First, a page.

Beginning in 1992, people from all corners of the globe have recognized United Nations International Day of Persons with Disabilities. This year scheduled for Dec. 3, the theme is “Empowering Persons with Disabilities and Ensuring Inclusiveness and Equality,” a profound message for individuals, families, community stakeholders, and agencies to consider.
The idea of enabling those with disabilities to experience a greater sense of equality and inclusion is also embedded in the United National 2030 Agenda for Sustainable Development, which promises to “leave no one behind” as part of its quest for a more peaceful circle of humanity.
While there is still much to be done, when we consider these goals in context of our own Hudson Valley region, I think we can all feel great pride at how far we’ve come.
It was only about 46 years ago when Geraldo Rivera uncovered the gross neglect, inhumane conditions, and outright abuse occurring in Willowbrook State School, just a few hours away from here on Staten Island. The groundbreaking report broke hearts, but also served as a catalyst for a national conversation about human rights in context of those with disabilities.
Since that time, a movement toward deinstitutionalization has opened countless doors and has given the more vulnerable among us an opportunity to realize their potential and live happy, productive lives.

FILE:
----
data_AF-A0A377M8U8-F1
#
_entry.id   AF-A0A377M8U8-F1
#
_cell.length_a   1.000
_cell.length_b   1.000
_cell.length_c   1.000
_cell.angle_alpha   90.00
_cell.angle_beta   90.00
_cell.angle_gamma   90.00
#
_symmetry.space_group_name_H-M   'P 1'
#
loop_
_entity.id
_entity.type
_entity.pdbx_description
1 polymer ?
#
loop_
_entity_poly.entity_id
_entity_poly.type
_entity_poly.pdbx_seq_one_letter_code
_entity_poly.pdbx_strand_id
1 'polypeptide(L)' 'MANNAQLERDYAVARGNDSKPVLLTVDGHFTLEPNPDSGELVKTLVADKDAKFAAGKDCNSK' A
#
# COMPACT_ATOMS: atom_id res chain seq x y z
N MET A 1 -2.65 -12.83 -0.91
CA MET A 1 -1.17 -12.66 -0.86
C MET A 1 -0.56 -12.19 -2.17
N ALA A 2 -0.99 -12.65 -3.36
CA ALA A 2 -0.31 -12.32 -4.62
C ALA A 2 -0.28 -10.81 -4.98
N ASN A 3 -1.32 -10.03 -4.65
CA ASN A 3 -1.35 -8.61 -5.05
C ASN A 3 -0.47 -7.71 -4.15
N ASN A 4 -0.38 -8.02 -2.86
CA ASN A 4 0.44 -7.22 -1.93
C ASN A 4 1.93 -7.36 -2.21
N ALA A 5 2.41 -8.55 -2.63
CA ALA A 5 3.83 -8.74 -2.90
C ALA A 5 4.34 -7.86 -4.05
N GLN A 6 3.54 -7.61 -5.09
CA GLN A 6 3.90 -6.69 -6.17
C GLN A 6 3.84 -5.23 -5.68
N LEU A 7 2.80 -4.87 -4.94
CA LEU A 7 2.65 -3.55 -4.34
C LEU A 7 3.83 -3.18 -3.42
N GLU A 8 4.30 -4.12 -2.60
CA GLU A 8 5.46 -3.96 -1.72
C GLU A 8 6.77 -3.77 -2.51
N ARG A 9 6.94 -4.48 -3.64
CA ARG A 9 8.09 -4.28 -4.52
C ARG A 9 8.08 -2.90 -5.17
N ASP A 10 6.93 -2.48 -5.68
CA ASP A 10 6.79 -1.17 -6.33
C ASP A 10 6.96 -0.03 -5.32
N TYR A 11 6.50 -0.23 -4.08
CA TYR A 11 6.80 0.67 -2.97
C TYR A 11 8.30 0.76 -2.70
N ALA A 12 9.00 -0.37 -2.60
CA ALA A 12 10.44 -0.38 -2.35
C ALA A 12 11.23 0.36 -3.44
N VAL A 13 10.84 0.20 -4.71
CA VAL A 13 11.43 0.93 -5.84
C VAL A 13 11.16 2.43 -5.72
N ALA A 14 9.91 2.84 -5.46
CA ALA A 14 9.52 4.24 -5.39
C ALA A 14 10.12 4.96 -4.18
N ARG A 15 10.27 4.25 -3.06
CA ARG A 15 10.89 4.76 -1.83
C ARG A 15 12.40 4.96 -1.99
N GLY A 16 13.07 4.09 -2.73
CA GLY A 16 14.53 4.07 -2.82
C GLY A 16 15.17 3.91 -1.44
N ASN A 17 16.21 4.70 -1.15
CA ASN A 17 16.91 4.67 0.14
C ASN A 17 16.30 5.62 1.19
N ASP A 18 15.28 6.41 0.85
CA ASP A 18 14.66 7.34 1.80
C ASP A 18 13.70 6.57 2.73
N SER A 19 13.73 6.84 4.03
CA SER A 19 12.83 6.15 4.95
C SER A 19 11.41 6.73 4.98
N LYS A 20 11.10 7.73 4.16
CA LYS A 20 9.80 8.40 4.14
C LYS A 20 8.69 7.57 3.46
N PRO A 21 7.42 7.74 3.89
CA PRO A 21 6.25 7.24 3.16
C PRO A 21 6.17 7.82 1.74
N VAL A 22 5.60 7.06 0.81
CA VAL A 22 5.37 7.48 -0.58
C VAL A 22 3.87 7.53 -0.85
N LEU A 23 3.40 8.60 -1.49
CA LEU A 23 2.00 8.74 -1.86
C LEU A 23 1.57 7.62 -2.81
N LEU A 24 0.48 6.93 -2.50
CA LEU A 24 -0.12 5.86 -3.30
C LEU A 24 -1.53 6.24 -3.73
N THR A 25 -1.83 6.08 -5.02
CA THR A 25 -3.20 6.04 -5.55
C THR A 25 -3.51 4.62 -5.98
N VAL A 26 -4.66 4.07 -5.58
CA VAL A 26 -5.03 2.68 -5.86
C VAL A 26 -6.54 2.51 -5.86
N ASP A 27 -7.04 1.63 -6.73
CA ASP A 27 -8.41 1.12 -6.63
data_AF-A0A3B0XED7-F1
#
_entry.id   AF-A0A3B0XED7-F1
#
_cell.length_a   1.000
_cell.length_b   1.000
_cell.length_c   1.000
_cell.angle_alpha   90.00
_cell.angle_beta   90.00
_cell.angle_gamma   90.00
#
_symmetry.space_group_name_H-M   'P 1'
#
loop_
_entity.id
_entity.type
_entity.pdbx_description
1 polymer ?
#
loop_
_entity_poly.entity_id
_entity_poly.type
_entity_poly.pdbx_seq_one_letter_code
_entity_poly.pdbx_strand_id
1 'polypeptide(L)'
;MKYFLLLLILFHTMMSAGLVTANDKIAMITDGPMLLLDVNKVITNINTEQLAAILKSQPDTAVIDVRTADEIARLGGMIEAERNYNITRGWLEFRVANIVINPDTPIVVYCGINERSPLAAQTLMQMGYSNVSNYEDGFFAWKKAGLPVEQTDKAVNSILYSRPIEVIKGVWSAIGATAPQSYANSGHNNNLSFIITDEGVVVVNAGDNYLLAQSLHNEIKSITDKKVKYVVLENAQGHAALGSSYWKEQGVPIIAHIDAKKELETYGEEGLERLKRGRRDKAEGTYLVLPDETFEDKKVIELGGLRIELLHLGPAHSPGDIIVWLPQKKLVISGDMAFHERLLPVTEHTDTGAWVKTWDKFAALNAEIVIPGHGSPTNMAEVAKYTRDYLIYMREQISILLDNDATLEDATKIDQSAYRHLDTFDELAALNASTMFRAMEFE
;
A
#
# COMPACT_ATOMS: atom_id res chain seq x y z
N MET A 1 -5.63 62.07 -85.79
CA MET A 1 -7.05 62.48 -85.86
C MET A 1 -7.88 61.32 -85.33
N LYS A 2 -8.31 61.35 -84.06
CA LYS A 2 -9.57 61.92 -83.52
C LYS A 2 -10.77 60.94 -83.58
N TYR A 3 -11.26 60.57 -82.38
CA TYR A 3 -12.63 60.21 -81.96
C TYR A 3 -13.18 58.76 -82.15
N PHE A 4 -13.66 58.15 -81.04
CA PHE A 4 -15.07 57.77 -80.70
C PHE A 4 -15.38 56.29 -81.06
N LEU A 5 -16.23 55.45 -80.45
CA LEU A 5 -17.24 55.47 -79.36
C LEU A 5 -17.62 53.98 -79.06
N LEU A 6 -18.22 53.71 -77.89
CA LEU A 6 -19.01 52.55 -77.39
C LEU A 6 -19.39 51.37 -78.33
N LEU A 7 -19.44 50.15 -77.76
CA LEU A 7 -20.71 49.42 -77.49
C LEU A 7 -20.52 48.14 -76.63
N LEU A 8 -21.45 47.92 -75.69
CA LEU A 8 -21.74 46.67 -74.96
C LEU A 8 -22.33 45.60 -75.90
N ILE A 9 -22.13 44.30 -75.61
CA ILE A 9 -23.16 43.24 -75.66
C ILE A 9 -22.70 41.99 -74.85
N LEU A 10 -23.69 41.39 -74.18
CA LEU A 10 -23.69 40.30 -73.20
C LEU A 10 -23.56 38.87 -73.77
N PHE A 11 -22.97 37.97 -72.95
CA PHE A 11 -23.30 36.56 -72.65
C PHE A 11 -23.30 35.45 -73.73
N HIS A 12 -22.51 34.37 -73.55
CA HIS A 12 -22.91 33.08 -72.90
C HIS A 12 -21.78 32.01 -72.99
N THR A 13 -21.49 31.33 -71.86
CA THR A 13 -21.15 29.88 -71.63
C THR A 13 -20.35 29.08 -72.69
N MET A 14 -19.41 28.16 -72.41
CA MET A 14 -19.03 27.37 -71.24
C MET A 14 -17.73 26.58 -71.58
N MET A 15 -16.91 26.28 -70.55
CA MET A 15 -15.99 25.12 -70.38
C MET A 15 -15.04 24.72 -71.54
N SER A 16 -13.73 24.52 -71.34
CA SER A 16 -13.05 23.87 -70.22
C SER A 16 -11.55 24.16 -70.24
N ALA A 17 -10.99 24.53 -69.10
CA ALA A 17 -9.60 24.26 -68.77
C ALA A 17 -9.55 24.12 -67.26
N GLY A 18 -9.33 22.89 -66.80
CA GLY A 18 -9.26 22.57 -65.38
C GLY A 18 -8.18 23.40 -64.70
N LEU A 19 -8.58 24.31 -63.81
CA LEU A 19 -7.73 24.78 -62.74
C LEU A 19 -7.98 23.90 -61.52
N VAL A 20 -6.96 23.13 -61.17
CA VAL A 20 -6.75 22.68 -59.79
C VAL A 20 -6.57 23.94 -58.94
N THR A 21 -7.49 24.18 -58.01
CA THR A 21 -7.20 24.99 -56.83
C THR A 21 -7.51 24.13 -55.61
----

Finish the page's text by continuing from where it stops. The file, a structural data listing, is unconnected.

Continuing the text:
Here in the mid-Hudson Valley, agencies have provided people with educational programming, vocational training, community integration, and safe, nurturing residential opportunities. We have seen our Dutchess County Government develop and successfully manage a “Think Differently” initiative, which, according to the website, seeks to change the way we relate to people with special needs. We have seen community leaders step up to serve on boards and donors provide private funding. We have seen businesses, organizations, and now, for the first time in our region, an entire community (the Village of Rhinebeck) put time and resources into training required to become designated as official Autism Supportive Environments. We have seen staff so dedicated to the people they serve that they’ve taken on additional part-time jobs to supplement their income — just to continue working in a field known for low pay and high turnover. We have watched people with disabilities secure jobs in small businesses and large corporations, volunteer in food pantries and soup kitchens, and enjoy the myriad cultural and recreational activities that abound in our area. And we have seen their families experience the joy of knowing that their loved ones are, indeed, contributing members of society.
We still, however, have a long way to go. As we commemorate United Nations International Day of Persons with Disabilities this year, I urge you to get involved. Find ways to become more inclusive, to support better funding, and to empower people with disabilities by giving them the equal rights and sense of belonging that they deserve.